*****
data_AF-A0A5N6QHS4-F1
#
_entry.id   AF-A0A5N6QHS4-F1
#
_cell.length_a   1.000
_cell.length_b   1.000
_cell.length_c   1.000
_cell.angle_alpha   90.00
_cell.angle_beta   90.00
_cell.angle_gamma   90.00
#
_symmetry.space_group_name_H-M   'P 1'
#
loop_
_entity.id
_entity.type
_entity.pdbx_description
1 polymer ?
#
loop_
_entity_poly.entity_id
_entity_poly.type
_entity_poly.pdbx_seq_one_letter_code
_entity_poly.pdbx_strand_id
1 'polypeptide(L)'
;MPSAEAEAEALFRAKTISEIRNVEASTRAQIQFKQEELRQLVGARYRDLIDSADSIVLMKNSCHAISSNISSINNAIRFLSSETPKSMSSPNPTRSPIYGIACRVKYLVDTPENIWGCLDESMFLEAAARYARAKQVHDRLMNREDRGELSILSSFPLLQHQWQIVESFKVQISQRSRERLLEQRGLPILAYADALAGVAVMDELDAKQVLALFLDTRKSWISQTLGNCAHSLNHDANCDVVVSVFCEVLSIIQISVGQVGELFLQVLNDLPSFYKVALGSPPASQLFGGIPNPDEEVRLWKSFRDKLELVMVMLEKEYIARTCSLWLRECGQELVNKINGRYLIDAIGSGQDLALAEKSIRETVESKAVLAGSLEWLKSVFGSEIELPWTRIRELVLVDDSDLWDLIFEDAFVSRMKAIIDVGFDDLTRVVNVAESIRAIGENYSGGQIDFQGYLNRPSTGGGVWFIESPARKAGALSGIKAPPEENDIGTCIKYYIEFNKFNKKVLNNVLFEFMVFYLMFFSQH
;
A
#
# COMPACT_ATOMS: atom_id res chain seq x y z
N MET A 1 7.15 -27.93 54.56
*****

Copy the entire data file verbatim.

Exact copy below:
data_AF-A0A5N6QHS4-F1
#
_entry.id   AF-A0A5N6QHS4-F1
#
_cell.length_a   1.000
_cell.length_b   1.000
_cell.length_c   1.000
_cell.angle_alpha   90.00
_cell.angle_beta   90.00
_cell.angle_gamma   90.00
#
_symmetry.space_group_name_H-M   'P 1'
#
loop_
_entity.id
_entity.type
_entity.pdbx_description
1 polymer ?
#
loop_
_entity_poly.entity_id
_entity_poly.type
_entity_poly.pdbx_seq_one_letter_code
_entity_poly.pdbx_strand_id
1 'polypeptide(L)'
;MPSAEAEAEALFRAKTISEIRNVEASTRAQIQFKQEELRQLVGARYRDLIDSADSIVLMKNSCHAISSNISSINNAIRFLSSETPKSMSSPNPTRSPIYGIACRVKYLVDTPENIWGCLDESMFLEAAARYARAKQVHDRLMNREDRGELSILSSFPLLQHQWQIVESFKVQISQRSRERLLEQRGLPILAYADALAGVAVMDELDAKQVLALFLDTRKSWISQTLGNCAHSLNHDANCDVVVSVFCEVLSIIQISVGQVGELFLQVLNDLPSFYKVALGSPPASQLFGGIPNPDEEVRLWKSFRDKLELVMVMLEKEYIARTCSLWLRECGQELVNKINGRYLIDAIGSGQDLALAEKSIRETVESKAVLAGSLEWLKSVFGSEIELPWTRIRELVLVDDSDLWDLIFEDAFVSRMKAIIDVGFDDLTRVVNVAESIRAIGENYSGGQIDFQGYLNRPSTGGGVWFIESPARKAGALSGIKAPPEENDIGTCIKYYIEFNKFNKKVLNNVLFEFMVFYLMFFSQH
;
A
#
# COMPACT_ATOMS: atom_id res chain seq x y z
N MET A 1 7.15 -27.93 54.56